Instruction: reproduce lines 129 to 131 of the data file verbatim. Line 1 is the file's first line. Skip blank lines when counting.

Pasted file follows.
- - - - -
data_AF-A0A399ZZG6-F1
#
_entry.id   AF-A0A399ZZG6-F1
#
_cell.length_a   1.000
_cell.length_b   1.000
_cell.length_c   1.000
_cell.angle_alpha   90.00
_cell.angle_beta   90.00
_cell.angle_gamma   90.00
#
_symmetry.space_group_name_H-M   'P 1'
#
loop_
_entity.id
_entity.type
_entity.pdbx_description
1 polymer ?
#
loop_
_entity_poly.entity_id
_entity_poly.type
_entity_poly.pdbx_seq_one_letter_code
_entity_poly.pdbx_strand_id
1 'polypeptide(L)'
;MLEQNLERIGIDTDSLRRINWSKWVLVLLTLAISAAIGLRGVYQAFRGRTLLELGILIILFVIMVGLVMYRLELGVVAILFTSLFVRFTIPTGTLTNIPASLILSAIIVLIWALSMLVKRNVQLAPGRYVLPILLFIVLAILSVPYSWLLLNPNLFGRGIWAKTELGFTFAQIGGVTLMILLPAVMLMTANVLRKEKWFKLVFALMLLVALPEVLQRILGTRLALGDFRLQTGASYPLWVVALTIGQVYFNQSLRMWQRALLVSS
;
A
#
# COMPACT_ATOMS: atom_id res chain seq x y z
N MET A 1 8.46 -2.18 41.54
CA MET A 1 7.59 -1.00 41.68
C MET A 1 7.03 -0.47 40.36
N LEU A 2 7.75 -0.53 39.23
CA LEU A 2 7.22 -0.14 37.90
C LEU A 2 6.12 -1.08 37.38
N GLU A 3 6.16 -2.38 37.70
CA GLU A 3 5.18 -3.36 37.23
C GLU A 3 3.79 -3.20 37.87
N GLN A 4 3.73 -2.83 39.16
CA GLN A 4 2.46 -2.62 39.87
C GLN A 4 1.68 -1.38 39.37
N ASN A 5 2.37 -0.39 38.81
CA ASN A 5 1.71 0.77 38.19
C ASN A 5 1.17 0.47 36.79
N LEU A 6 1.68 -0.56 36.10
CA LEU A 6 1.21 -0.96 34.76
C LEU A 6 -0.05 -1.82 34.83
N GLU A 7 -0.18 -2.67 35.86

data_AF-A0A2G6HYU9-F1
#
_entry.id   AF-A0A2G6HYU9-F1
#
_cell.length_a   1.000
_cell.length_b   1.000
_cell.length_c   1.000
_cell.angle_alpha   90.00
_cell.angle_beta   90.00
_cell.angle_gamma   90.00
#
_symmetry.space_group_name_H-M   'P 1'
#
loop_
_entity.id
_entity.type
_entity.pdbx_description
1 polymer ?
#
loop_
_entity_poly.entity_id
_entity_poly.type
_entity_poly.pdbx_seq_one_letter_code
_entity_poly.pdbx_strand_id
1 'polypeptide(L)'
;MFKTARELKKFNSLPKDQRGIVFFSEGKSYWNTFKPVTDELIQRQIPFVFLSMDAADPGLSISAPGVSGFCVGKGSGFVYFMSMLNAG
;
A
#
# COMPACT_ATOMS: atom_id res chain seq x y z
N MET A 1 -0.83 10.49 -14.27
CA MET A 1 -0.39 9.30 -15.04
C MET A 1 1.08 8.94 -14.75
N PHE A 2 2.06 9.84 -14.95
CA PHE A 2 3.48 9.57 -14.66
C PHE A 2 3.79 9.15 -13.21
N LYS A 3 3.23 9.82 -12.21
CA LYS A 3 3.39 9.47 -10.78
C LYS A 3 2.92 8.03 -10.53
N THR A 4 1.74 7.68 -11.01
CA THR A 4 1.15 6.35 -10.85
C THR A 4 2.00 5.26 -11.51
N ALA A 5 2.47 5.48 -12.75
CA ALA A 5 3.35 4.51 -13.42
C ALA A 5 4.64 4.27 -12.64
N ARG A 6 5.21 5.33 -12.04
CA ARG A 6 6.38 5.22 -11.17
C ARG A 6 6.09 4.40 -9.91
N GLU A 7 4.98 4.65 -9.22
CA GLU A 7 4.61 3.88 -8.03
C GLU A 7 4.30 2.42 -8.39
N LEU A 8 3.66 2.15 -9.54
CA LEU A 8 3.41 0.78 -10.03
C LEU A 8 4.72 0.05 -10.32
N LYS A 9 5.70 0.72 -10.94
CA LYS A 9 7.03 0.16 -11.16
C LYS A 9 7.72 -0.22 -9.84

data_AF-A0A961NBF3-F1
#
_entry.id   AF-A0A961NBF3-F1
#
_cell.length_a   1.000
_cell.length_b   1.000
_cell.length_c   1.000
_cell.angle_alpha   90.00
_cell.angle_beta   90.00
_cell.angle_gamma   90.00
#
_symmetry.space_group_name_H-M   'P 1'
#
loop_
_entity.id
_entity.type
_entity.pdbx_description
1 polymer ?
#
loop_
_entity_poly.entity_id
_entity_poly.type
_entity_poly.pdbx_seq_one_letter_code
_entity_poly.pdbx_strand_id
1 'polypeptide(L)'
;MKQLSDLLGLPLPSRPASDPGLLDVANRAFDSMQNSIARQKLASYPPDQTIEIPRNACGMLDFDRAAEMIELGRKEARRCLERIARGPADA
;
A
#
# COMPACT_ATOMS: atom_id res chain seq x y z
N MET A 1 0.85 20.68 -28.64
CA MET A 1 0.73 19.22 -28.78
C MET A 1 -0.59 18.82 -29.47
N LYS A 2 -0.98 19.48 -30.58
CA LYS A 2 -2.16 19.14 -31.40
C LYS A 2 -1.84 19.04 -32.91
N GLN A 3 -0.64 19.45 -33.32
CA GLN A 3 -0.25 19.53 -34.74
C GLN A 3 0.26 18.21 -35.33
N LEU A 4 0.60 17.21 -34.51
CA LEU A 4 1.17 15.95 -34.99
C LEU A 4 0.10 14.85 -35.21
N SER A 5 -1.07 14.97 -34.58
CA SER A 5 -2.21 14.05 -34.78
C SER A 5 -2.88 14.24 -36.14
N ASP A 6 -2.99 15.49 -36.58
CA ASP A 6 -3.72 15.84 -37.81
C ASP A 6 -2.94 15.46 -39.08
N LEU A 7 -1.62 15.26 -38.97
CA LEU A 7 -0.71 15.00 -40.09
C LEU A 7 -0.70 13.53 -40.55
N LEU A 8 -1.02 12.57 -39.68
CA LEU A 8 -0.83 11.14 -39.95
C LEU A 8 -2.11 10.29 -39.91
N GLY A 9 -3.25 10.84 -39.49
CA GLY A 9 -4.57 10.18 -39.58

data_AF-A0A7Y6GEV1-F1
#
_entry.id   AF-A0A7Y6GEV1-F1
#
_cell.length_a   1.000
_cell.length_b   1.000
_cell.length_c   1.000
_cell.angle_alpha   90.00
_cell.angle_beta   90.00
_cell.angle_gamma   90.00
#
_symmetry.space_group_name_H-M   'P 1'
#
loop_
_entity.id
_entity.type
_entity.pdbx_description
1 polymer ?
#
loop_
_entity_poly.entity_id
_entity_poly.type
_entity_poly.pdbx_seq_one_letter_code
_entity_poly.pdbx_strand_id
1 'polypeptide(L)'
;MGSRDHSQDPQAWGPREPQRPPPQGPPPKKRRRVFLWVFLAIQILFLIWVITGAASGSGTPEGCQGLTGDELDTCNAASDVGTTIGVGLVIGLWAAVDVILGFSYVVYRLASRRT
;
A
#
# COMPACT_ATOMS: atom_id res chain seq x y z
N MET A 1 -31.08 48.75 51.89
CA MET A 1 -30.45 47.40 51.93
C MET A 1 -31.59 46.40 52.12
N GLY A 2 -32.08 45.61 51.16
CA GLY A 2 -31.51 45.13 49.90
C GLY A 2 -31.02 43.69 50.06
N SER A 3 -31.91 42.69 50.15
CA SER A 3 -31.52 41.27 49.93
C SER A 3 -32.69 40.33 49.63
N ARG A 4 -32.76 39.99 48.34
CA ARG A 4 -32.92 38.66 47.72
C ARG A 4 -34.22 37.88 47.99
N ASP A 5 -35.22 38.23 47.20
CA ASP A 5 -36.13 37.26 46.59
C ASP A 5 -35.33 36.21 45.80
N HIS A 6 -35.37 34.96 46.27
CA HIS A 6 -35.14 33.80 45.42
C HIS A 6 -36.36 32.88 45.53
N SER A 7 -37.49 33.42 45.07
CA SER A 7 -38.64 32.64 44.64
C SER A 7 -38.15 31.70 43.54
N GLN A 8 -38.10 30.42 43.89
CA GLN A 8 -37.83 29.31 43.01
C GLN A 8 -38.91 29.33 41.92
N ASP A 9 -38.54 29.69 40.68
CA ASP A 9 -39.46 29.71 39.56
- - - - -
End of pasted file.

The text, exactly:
_entity_poly.pdbx_seq_one_letter_code
_entity_poly.pdbx_strand_id
1 'polypeptide(L)'